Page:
My general manager spent hours tracking all the food that was used and wasted, all the money that came in and went out, and all the employees’ schedules and availability. I commented to him one day that I had no idea that much work went on behind the counter before I worked there, and he looked at me and laughed. It was a tired laugh, because he had just spent ten minutes assigning tasks to my coworkers and me to get ready for the dinner rush.

 

2. Some people really do spend their entire working lives as restaurant employees.

Not all of them climb the management ladder either. One of my coworkers had worked there for over ten years, in the exact same position with low hourly pay. Others, like my general manager, had started at the bottom and worked their way up.

All my coworkers thought the general manager was weird because, from all appearances, he was passionate about making great sandwiches, just like the company’s mission statement said.

Some of my coworkers were perfectly content in their jobs; others, like me, were in school and had other aspirations, and some had bigger dreams but couldn’t figure out how to get there on the money they made at the sandwich shop.

3. Customers have no concept of the process.

The person at the end of the counter would call out, “Three large chocolate shakes!”

Since a large shake equals two regular size shakes, and the shake machine only had three spindles on it, I’d have to hop to it so those shakes were close to ready when the customers paid. But often, they’d give me weird looks and impatient sighs when I told them it would be just a minute longer. I don’t think they meant to be rude, they just had no idea that they ordered a time consuming item.

Or when people were irritated that someone else’s order took a few minutes, because it consisted of five sandwiches and a salad. No matter how fast we worked, someone was never happy.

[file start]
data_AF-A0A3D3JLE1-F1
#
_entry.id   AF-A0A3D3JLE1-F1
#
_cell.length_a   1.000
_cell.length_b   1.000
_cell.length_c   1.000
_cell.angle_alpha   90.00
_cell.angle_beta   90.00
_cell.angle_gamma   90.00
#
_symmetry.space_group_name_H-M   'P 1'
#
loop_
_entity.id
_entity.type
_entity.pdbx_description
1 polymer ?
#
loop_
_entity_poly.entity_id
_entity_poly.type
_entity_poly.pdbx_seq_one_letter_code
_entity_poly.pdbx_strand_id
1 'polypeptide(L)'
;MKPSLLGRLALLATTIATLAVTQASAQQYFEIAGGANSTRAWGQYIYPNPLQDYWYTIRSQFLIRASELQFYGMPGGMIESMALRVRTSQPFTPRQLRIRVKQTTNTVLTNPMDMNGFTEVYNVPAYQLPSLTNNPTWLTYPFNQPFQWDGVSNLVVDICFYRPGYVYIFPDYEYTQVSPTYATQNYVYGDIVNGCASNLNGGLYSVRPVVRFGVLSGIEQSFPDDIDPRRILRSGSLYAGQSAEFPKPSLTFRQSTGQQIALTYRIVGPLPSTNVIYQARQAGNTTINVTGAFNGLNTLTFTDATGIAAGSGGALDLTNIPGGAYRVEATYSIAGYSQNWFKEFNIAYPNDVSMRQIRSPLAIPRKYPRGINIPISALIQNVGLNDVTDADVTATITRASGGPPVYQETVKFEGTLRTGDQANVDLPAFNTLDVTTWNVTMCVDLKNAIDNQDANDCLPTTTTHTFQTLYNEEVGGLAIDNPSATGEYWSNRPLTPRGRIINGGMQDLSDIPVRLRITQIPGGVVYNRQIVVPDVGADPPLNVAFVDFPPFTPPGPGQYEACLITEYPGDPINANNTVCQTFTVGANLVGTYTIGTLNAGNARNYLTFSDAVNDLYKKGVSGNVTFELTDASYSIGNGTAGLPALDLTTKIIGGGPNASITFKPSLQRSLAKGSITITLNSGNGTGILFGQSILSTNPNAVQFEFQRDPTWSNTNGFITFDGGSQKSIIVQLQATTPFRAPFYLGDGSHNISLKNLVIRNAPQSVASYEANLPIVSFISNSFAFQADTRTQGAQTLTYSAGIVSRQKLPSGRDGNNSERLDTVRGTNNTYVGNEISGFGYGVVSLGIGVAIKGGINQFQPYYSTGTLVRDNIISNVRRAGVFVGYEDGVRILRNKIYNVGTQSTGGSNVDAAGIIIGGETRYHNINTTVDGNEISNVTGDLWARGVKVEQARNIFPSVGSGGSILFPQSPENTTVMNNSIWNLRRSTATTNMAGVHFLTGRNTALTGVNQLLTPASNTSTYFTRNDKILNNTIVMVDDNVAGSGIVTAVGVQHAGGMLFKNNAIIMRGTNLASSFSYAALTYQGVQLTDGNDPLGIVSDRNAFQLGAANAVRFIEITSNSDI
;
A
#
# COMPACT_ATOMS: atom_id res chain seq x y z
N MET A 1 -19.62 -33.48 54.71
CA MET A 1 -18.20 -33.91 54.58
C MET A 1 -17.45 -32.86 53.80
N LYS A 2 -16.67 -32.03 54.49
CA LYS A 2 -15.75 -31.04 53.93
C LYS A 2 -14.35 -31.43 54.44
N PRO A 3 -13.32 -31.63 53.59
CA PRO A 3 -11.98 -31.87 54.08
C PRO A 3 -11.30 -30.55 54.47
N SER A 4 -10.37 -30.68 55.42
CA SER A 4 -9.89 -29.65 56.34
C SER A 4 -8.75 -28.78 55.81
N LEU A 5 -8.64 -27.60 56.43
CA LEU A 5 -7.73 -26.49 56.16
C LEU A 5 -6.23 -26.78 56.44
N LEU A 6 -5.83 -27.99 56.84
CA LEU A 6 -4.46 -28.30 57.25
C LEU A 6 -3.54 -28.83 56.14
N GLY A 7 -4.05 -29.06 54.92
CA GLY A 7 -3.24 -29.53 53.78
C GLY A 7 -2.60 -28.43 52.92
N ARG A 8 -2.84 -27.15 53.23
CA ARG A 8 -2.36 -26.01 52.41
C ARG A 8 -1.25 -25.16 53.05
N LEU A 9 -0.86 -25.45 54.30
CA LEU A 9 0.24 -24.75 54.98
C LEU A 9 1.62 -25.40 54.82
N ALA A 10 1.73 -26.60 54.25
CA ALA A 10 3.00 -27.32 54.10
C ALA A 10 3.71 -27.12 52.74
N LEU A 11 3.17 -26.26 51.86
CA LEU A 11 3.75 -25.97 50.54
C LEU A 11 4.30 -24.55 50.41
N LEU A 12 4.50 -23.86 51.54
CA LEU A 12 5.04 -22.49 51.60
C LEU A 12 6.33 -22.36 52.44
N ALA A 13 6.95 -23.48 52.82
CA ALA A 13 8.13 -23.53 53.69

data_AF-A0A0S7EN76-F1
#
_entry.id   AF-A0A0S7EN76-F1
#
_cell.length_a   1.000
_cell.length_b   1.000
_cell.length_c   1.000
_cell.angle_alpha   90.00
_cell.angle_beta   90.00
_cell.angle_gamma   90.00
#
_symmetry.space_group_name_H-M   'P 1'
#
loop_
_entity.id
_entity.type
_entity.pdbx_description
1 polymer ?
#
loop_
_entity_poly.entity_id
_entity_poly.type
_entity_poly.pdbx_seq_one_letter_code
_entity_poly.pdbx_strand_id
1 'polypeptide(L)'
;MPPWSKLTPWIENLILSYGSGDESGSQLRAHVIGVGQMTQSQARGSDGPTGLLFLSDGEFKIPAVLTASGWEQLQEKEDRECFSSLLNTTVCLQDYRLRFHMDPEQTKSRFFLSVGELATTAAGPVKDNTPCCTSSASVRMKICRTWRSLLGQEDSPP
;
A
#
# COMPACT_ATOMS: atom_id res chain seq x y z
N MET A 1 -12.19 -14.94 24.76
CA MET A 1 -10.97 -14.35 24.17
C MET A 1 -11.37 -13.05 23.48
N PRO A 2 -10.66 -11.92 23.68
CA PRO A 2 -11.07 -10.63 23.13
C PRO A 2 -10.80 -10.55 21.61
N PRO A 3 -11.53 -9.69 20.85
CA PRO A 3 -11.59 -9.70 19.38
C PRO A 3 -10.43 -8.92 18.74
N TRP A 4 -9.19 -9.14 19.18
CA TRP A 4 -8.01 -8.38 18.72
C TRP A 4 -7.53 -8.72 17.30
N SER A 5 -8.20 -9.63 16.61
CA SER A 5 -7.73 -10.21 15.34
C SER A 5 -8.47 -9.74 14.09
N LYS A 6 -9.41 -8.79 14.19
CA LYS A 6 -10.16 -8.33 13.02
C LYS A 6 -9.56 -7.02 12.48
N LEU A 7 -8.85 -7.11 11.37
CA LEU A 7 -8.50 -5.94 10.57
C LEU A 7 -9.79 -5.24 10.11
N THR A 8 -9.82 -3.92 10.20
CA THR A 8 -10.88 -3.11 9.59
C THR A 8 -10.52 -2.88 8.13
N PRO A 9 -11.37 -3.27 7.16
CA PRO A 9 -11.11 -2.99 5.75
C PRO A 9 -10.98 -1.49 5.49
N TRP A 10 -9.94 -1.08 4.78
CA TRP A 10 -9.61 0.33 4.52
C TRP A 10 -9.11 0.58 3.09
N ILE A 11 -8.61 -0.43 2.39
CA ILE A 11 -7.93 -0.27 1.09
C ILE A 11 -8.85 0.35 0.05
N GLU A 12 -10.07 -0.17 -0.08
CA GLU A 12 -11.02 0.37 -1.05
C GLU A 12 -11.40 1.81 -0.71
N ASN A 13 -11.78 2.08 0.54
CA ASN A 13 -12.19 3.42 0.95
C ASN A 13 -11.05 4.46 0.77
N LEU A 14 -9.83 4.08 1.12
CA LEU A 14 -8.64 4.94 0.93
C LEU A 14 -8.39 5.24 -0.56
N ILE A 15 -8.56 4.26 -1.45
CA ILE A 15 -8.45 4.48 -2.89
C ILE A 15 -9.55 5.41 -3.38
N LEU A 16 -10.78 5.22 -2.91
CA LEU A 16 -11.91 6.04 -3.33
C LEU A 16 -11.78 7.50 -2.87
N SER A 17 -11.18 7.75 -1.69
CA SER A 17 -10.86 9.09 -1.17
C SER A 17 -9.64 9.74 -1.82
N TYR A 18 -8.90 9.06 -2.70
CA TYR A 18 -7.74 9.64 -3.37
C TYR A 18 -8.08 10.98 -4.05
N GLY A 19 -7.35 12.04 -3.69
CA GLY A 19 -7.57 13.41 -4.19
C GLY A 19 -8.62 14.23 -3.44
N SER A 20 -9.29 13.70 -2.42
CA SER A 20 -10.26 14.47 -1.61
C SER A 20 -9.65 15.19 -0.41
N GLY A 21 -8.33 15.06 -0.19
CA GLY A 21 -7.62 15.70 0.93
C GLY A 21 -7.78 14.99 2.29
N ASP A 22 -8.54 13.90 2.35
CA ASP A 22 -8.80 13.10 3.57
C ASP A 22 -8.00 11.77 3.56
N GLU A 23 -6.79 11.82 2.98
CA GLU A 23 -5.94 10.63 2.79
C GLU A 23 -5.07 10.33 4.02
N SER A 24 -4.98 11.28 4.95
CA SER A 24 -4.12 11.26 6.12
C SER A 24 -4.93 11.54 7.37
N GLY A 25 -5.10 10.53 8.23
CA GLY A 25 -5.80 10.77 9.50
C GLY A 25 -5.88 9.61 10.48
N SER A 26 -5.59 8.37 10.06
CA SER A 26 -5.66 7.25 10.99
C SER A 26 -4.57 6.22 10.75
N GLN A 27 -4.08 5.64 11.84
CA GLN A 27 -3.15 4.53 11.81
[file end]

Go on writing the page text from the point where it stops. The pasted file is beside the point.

One time, a customer ordered a PB&J sandwich. We had to be very careful with the peanut butter because peanuts are an allergen, so my coworker toook the ingredients off to the side to make the sandwich. I was on register, so I could not jump in to help with the sandwiches coming out of the oven. The customers in line started making rude faces and exaggerated gestures, because they thought my coworker was ignoring them and slacking on the job. It only took a minute or two to finish the sandwich and take care of them, but they were so irritated they got the manager to give them the sandwiches for free.

Maybe I’m giving them the benefit of the doubt, but I don’t think they actually understood what was happening on our end with the special sandwich. Rather than asking, though, they threw a fit at the register and demanded special treatment.

4. The weather matters, a lot.

I worked at this restaurant during one of Michigan’s coldest, snowiest winters. Over and over, the managers checked the daily sales figures and shook their heads. I was sent home early from a shift more than once because not a single customer had shown up in over an hour.

The lunch rush was only mildly affected, but after two o’clock, especially when it was very cold, very few people came out for dinner. I had no idea that an indoor business would be so strongly affected by the cold and snow, but I should have known better.

5. Hard work makes a difference.

I didn’t like making shakes and sandwiches, or counting change out, or getting ice cream all over my shirt as a shake flew off the shake machine again.

But I always do my best, no matter what the work is, and my coworkers noticed. The managers noticed. Different people told me, more than once, that they were glad they had a shift with me, because I pulled my weight and helped others. My money drawer was almost never off the recorded amount, and I always had a good attitude.

On my last day, the general manager told me that he would gladly be a reference for me, and that he would miss me working there. I didn’t even ask for a reference; he just volunteered it.

I hope never to work there again, but now that I look back, I’m glad I did. I made some friends, to my own surprise, and learned more than I thought I would.

The biggest lesson I took into the future? Never underestimate what you can learn from a job, no matter how irrelevant it seems.